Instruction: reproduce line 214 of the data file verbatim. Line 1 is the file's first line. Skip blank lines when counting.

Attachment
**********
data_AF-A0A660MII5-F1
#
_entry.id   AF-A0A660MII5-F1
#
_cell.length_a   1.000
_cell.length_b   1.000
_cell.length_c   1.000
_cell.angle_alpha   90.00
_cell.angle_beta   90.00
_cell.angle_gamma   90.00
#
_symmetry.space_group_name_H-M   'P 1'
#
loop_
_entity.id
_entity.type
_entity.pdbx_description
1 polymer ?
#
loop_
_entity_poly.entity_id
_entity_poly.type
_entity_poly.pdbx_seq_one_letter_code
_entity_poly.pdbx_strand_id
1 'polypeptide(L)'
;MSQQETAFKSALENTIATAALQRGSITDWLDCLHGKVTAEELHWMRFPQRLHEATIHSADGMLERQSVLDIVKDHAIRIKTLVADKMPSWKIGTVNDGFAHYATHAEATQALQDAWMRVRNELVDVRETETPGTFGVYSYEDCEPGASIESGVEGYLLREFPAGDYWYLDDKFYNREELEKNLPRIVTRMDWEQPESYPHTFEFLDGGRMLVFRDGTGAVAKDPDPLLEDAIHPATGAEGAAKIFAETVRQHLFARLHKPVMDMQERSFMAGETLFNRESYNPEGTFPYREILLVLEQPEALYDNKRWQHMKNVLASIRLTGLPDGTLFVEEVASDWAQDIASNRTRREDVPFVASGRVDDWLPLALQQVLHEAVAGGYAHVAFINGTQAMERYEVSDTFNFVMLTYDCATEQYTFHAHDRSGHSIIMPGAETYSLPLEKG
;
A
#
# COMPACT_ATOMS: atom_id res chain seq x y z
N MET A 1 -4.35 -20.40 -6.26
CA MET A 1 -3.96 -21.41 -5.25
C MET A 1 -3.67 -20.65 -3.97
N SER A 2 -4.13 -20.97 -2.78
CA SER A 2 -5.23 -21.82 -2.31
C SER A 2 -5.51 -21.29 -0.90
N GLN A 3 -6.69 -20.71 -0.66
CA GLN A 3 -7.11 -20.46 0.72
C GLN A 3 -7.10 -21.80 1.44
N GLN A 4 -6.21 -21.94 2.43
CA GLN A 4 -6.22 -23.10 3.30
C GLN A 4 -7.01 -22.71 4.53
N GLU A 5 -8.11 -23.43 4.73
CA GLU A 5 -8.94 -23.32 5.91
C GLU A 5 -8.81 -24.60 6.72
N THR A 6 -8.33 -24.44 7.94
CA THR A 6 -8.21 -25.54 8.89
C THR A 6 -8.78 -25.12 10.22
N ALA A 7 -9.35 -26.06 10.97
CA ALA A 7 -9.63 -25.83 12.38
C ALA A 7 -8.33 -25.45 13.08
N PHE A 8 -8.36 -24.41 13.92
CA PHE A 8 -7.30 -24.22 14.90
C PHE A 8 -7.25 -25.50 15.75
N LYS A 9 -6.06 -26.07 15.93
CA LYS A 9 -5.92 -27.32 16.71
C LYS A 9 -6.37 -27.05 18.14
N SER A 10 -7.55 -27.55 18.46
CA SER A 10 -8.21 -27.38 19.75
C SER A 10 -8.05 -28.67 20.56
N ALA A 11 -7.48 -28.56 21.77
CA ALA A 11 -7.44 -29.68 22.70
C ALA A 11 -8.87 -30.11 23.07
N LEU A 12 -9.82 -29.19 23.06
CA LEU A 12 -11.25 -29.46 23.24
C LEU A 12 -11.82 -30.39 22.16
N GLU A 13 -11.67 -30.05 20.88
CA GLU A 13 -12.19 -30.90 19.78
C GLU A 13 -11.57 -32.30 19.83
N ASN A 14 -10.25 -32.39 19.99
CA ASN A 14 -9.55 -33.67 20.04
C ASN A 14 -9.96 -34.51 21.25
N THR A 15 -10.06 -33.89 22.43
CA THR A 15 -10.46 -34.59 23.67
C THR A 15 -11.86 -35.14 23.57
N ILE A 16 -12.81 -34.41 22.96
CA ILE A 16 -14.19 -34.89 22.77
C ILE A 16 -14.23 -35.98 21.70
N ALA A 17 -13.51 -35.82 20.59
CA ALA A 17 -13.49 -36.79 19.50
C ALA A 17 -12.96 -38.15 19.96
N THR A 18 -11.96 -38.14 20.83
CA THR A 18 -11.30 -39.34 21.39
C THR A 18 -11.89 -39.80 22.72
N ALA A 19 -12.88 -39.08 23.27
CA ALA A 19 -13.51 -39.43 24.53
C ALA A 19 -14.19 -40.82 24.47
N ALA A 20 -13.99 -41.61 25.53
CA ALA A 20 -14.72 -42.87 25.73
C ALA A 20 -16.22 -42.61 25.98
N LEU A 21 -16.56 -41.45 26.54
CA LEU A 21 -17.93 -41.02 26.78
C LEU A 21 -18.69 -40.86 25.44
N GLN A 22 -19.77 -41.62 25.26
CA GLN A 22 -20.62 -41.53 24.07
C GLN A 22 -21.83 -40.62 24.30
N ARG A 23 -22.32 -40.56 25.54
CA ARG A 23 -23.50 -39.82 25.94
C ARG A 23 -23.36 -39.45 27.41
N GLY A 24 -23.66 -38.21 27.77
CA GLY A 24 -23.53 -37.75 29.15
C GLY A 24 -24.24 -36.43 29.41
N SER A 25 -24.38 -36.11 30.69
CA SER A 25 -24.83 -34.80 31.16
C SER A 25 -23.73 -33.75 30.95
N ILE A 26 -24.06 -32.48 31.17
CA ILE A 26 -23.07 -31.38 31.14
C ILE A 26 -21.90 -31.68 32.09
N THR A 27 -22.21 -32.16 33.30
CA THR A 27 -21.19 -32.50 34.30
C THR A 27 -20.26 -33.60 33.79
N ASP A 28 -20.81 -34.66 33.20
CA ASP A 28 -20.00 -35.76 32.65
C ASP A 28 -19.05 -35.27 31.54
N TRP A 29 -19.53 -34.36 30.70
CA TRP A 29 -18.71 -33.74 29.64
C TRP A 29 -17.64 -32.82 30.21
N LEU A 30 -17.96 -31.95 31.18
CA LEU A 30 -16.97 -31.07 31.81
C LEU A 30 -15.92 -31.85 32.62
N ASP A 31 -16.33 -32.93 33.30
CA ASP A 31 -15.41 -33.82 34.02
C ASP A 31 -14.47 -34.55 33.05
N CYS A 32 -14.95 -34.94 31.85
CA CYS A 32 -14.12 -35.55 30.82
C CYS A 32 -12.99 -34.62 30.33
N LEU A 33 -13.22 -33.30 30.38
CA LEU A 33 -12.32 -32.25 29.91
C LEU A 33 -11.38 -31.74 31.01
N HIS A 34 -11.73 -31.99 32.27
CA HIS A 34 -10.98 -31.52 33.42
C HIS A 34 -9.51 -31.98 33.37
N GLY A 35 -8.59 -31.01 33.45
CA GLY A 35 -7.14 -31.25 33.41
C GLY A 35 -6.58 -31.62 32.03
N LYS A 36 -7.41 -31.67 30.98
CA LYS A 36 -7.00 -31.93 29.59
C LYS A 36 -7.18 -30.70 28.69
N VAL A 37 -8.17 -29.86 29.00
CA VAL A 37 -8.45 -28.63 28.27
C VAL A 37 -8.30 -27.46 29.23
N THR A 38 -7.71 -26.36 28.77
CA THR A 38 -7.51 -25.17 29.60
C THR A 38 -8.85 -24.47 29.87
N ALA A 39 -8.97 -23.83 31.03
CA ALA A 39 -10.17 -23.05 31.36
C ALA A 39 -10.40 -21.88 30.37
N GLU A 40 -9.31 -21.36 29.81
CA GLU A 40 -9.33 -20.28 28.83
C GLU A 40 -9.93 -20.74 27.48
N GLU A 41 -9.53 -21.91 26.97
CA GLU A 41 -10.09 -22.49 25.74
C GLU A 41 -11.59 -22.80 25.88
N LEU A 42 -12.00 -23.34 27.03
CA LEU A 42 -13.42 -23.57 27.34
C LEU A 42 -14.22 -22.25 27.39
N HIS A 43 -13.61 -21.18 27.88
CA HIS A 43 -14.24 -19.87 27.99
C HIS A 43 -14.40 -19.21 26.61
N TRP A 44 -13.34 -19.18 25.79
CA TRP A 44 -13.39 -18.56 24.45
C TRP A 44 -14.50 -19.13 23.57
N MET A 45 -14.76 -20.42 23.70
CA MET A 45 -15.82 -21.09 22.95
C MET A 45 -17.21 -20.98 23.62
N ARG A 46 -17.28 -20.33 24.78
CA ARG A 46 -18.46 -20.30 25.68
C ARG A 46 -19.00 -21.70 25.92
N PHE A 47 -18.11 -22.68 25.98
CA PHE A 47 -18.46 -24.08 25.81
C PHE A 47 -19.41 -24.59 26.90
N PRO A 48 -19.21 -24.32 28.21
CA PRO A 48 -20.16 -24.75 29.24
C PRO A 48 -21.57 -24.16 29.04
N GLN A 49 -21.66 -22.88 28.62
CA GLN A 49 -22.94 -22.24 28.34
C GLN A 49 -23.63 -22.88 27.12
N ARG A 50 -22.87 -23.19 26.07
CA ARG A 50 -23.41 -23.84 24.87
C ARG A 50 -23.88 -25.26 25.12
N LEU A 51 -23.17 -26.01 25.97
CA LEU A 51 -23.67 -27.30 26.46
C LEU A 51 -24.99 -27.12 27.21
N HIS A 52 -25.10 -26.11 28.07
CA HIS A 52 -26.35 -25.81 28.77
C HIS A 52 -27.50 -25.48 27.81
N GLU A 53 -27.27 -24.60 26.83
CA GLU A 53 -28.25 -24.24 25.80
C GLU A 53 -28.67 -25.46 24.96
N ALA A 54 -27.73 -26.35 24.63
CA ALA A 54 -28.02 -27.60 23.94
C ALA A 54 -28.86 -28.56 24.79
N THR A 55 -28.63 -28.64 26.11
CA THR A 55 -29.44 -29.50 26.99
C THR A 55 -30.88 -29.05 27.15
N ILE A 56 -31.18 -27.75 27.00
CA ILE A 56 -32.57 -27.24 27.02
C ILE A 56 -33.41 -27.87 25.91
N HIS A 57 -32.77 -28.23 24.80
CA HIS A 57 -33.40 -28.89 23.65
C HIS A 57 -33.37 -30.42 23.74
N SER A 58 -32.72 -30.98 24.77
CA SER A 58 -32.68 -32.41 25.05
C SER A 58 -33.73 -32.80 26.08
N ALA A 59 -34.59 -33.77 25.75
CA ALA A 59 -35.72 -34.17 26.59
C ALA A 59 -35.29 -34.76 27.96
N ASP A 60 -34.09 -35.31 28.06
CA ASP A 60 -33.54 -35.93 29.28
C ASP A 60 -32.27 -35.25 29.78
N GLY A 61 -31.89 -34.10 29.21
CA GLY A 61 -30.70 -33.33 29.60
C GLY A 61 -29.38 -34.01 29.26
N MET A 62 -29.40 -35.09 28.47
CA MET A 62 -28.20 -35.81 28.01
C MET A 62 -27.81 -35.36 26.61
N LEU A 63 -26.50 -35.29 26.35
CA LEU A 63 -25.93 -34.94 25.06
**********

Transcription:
N MET A 62 -29.40 -35.09 28.47